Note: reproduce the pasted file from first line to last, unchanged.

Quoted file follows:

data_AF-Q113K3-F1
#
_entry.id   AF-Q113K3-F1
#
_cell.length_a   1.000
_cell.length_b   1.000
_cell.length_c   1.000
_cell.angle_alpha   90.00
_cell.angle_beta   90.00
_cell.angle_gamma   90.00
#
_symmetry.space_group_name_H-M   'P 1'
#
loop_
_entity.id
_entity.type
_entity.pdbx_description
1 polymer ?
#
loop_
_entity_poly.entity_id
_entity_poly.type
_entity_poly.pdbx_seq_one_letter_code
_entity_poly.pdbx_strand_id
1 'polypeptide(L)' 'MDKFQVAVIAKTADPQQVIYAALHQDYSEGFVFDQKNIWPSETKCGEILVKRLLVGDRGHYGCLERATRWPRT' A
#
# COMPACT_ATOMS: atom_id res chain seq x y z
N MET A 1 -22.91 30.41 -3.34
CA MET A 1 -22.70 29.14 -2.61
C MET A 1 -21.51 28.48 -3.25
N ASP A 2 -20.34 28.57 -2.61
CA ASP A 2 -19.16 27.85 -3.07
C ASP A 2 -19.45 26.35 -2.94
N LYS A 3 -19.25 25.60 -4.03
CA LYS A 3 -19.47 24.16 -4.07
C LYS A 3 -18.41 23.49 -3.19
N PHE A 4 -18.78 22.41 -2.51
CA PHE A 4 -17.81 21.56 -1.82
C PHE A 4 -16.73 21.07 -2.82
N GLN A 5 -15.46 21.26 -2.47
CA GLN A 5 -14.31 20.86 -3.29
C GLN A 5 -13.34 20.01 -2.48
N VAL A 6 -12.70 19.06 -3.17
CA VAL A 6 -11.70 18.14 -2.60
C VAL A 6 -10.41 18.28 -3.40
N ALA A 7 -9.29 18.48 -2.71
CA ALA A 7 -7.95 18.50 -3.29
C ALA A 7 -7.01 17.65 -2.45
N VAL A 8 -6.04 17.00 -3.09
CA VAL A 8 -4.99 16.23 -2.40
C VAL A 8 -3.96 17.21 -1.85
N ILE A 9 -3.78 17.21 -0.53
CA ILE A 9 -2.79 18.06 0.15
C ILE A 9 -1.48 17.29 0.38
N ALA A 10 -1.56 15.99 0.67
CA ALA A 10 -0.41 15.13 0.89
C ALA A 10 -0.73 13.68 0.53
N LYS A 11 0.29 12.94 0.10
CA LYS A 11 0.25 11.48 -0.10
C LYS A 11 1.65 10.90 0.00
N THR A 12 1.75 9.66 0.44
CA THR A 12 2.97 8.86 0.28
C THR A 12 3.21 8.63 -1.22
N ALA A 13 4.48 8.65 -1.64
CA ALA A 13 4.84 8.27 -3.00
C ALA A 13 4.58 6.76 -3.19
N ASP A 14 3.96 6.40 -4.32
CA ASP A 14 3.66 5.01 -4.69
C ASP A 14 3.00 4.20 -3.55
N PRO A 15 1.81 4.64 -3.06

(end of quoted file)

data_AF-Q113K3-F1
#
_entry.id   AF-Q113K3-F1
#
_cell.length_a   1.000
_cell.length_b   1.000
_cell.length_c   1.000
_cell.angle_alpha   90.00
_cell.angle_beta   90.00
_cell.angle_gamma   90.00
#
_symmetry.space_group_name_H-M   'P 1'
#
loop_
_entity.id
_entity.type
_entity.pdbx_description
1 polymer ?
#
loop_
_entity_poly.entity_id
_entity_poly.type
_entity_poly.pdbx_seq_one_letter_code
_entity_poly.pdbx_strand_id
1 'polypeptide(L)' 'MDKFQVAVIAKTADPQQVIYAALHQDYSEGFVFDQKNIWPSETKCGEILVKRLLVGDRGHYGCLERATRWPRT' A
#
# COMPACT_ATOMS: atom_id res chain seq x y z
N MET A 1 -22.91 30.41 -3.34
CA MET A 1 -22.70 29.14 -2.61
C MET A 1 -21.51 28.48 -3.25
N ASP A 2 -20.34 28.57 -2.61
CA ASP A 2 -19.16 27.85 -3.07
C ASP A 2 -19.45 26.35 -2.94
N LYS A 3 -19.25 25.60 -4.03
CA LYS A 3 -19.47 24.16 -4.07
C LYS A 3 -18.41 23.49 -3.19
N PHE A 4 -18.78 22.41 -2.51
CA PHE A 4 -17.81 21.56 -1.82
C PHE A 4 -16.73 21.07 -2.82
N GLN A 5 -15.46 21.26 -2.47
CA GLN A 5 -14.31 20.86 -3.29
C GLN A 5 -13.34 20.01 -2.48
N VAL A 6 -12.70 19.06 -3.17
CA VAL A 6 -11.70 18.14 -2.60
C VAL A 6 -10.41 18.28 -3.40
N ALA A 7 -9.29 18.48 -2.71
CA ALA A 7 -7.95 18.50 -3.29
C ALA A 7 -7.01 17.65 -2.45
N VAL A 8 -6.04 17.00 -3.09
CA VAL A 8 -4.99 16.23 -2.40
C VAL A 8 -3.96 17.21 -1.85
N ILE A 9 -3.78 17.21 -0.53
CA ILE A 9 -2.79 18.06 0.15
C ILE A 9 -1.48 17.29 0.38
N ALA A 10 -1.56 15.99 0.67
CA ALA A 10 -0.41 15.13 0.89
C ALA A 10 -0.73 13.68 0.53
N LYS A 11 0.29 12.94 0.10
CA LYS A 11 0.25 11.48 -0.10
C LYS A 11 1.65 10.90 0.00
N THR A 12 1.75 9.66 0.44
CA THR A 12 2.97 8.86 0.28
C THR A 12 3.21 8.63 -1.22
N ALA A 13 4.48 8.65 -1.64
CA ALA A 13 4.84 8.27 -3.00
C ALA A 13 4.58 6.76 -3.19
N ASP A 14 3.96 6.40 -4.32
CA ASP A 14 3.66 5.01 -4.69
C ASP A 14 3.00 4.20 -3.55
N PRO A 15 1.81 4.64 -3.06